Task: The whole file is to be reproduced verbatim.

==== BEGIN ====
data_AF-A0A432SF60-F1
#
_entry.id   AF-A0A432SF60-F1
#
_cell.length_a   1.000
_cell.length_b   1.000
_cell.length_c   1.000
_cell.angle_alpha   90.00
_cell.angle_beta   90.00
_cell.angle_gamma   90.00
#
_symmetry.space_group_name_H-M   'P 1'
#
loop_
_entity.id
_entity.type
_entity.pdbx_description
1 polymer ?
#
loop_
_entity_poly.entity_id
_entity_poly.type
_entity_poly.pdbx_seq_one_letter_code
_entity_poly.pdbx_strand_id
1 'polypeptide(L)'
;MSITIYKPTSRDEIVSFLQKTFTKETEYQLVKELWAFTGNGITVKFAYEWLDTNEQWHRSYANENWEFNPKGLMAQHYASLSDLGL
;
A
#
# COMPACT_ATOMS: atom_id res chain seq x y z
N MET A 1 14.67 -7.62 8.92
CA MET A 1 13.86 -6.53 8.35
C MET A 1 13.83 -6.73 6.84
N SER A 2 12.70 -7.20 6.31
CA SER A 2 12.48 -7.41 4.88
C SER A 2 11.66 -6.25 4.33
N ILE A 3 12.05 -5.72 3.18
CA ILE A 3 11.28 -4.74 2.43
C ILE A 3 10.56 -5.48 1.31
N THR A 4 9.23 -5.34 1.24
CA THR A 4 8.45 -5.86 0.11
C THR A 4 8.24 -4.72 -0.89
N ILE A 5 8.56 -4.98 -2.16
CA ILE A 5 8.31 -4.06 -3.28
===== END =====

data_AF-A0A432SF60-F1
#
_entry.id   AF-A0A432SF60-F1
#
_cell.length_a   1.000
_cell.length_b   1.000
_cell.length_c   1.000
_cell.angle_alpha   90.00
_cell.angle_beta   90.00
_cell.angle_gamma   90.00
#
_symmetry.space_group_name_H-M   'P 1'
#
loop_
_entity.id
_entity.type
_entity.pdbx_description
1 polymer ?
#
loop_
_entity_poly.entity_id
_entity_poly.type
_entity_poly.pdbx_seq_one_letter_code
_entity_poly.pdbx_strand_id
1 'polypeptide(L)'
;MSITIYKPTSRDEIVSFLQKTFTKETEYQLVKELWAFTGNGITVKFAYEWLDTNEQWHRSYANENWEFNPKGLMAQHYASLSDLGL
;
A
#
# COMPACT_ATOMS: atom_id res chain seq x y z
N MET A 1 14.67 -7.62 8.92
CA MET A 1 13.86 -6.53 8.35
C MET A 1 13.83 -6.73 6.84
N SER A 2 12.70 -7.20 6.31
CA SER A 2 12.48 -7.41 4.88
C SER A 2 11.66 -6.25 4.33
N ILE A 3 12.05 -5.72 3.18
CA ILE A 3 11.28 -4.74 2.43
C ILE A 3 10.56 -5.48 1.31
N THR A 4 9.23 -5.34 1.24
CA THR A 4 8.45 -5.86 0.11
C THR A 4 8.24 -4.72 -0.89
N ILE A 5 8.56 -4.98 -2.16
CA ILE A 5 8.31 -4.06 -3.28